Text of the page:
Now Spain is following in the footsteps of France and there is already in Congress a non-law proposal to implement this right of workers, as a result of new technologies.
Law 2020/1088, of August 8, 2020, better known as Loi travail, which establishes, among other measures, that companies implement technological systems that limit or prevent workers from accessing the work area through electronic devices outside of their working hours, already entered into force in France on January 1, 2020.
This Law, which directly affected the French Labor Code, is applicable to all French companies, who must implement a policy of worker disconnection.
What was sought with this new measure in France was prevent the worker from continuing to carry out tasks related to their work after the end of their working day, for example, through the company's mobile, or answering work emails.
Now Spain has decided to follow in the footsteps of the neighboring country.
We already commented on this blog about France's decision to approve by law the right of workers to disconnect from work in the digital sphere.
In the footsteps of France
The Ministry of Employment and Social Security is studying the possibility of creating a new law to recognize this right to digital disconnection, which has been put on the table of Congress through a non-law proposal presented by the PSOE.
The news has jumped after the response sent by the Executive to the PDeCAT deputy Carles Campuzano when asking whether the Government planned to recognize this right through a regulation, as has happened in the last labor reform in France. Said answer goes like this:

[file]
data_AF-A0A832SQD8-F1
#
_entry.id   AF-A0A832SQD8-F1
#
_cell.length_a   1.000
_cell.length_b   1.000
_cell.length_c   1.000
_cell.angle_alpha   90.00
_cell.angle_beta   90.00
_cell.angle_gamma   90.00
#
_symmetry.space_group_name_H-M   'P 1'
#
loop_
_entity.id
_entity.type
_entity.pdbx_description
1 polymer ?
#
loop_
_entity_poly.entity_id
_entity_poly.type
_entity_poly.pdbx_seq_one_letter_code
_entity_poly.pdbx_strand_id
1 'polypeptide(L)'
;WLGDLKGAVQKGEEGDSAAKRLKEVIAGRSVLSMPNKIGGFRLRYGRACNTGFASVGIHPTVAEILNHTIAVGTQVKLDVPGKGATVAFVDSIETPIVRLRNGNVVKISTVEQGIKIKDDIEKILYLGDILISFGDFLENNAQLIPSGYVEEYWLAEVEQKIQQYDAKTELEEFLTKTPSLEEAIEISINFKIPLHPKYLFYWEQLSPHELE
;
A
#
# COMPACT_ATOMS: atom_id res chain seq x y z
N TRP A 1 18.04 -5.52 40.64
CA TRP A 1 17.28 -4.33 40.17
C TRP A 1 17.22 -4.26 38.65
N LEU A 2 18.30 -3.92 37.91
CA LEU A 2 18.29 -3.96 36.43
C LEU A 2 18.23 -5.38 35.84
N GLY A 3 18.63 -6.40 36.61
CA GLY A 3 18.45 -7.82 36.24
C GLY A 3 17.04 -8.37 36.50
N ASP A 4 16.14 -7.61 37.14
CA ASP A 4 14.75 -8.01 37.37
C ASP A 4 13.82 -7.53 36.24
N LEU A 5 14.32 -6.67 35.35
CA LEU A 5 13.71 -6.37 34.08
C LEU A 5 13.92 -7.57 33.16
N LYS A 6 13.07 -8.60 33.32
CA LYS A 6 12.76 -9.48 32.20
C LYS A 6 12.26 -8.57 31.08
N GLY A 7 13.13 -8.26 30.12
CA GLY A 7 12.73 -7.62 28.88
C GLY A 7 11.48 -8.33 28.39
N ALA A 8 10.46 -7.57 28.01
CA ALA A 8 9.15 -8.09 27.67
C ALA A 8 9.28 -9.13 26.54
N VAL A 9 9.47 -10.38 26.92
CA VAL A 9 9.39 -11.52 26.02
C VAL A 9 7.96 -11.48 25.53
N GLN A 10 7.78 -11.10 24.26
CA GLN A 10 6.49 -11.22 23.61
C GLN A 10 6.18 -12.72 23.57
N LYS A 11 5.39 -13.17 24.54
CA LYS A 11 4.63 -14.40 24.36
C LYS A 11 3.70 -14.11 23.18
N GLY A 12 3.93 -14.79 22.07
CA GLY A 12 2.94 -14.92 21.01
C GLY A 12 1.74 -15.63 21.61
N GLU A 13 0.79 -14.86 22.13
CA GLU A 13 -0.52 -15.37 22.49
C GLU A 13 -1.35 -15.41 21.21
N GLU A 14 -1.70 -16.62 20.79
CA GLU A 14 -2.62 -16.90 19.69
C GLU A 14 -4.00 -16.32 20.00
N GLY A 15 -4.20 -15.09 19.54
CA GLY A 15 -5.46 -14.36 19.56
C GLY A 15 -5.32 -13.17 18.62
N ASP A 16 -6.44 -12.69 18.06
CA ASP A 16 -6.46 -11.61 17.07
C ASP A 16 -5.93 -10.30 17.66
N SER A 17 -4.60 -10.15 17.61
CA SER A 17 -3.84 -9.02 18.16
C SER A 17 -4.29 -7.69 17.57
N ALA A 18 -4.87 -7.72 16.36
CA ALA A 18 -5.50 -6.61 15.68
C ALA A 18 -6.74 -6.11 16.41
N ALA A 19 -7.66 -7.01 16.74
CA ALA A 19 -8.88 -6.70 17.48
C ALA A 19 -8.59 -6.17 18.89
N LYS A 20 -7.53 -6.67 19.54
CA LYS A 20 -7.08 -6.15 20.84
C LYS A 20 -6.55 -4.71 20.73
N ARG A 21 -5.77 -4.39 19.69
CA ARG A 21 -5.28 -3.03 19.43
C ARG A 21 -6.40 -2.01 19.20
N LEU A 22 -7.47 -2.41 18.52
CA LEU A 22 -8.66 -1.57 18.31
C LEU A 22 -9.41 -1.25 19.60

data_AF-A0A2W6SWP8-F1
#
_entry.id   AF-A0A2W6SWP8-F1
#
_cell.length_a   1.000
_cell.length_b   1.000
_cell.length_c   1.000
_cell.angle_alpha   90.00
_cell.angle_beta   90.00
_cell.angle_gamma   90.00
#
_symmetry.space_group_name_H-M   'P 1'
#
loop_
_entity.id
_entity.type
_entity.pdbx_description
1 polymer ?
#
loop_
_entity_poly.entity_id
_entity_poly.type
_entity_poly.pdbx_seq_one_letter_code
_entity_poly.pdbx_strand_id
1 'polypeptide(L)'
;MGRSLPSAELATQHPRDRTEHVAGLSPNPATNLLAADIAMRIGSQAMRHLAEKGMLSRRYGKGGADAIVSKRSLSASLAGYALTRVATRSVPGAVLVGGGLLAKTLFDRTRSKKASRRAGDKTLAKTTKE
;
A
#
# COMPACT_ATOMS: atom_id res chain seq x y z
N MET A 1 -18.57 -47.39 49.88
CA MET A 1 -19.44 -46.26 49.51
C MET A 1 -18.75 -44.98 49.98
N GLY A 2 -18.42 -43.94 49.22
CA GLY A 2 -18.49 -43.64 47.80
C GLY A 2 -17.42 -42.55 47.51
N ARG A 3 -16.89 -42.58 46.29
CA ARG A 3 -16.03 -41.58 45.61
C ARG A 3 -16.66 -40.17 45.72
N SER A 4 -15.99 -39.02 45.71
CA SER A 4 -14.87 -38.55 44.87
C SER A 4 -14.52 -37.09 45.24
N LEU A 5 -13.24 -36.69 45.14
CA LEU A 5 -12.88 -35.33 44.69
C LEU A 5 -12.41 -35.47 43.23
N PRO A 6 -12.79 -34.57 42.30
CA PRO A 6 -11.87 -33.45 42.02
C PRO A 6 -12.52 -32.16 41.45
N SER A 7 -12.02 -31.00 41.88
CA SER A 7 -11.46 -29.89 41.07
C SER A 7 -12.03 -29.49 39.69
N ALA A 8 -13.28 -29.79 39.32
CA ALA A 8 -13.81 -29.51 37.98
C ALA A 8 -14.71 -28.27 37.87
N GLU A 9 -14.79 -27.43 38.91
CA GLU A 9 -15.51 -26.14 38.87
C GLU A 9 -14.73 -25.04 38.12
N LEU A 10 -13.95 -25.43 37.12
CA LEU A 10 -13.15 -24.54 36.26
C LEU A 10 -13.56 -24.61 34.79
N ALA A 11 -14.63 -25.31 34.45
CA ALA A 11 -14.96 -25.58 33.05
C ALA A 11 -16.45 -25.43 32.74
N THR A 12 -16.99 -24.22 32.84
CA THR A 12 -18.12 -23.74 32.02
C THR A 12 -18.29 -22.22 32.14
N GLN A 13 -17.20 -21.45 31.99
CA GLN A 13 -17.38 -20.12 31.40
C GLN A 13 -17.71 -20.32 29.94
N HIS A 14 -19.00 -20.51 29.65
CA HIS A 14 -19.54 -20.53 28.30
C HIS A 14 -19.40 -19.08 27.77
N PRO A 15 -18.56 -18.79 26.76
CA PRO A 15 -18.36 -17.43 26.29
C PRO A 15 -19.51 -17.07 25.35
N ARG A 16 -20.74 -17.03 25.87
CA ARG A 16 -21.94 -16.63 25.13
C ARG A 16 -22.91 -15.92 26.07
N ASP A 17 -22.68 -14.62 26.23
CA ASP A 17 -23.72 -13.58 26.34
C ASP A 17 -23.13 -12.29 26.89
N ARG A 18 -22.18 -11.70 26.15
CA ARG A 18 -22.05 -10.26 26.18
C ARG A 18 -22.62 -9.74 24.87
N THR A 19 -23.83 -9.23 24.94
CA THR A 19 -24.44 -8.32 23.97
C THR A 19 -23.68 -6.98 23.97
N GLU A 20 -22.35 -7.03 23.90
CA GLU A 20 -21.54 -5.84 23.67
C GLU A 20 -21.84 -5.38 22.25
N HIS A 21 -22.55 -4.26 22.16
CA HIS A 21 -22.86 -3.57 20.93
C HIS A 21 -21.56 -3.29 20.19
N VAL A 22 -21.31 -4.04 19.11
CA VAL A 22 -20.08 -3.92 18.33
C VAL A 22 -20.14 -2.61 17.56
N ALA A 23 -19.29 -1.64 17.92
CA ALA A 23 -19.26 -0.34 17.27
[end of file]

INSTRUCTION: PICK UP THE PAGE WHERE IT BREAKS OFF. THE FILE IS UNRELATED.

"The Secretary of State for Employment is studying the possibility of a regulation that recognizes the right of workers to‘ digital disconnection ’from their company, once their working day is over."
This response has been confirmed by the Minister of Employment and Social Security, Fátima Báñez, who has declared that she is going to implement the right of workers to digitally disconnect from work once their working day is over.
Although it has already been qualified by the Minister of Energy, Tourism and Digital Agenda, Álvaro Nadal, that the regulation of digital disconnection outside working hours it will not be done immediatelyInstead, this measure must have a "high technical level" to calculate the effects of its implementation. For this, it will be necessary to have a group of experts.
It is expected that by the end of this legislature a doctrinal body on digital rights will be prepared.
A mandatory disconnection?
Although the right to digital disconnection from work is regulated in our country, it is evident that deep down, it will be just an option, which will depend on the company and the worker himself.
At present there are several options to "extend" the working day, such as the possibility of working overtime, the inclusion of full availability clauses in contracts, or compensation for hours.
The problem is that normally this extra time that workers spend outside the office is not regulated.
The implementation of this right to disconnect does not mean that the employer must necessarily dispense with the services of their employees outside of working hours, or that they cannot access a digital platform that connects them to work if they want, but it is obviously it will be necessary regulate this type of situation, since the worker has the right to know exactly when his working day begins and when it ends.
We already predicted in this blog that the French law would be a benchmark for Spain, but also that it would be more difficult for it to be fulfilled here, given the deep crisis the country has gone through, and the fear that still exists among workers to lose Your job.
For now, we will have to wait the entire legislature to see some serious normative proposal.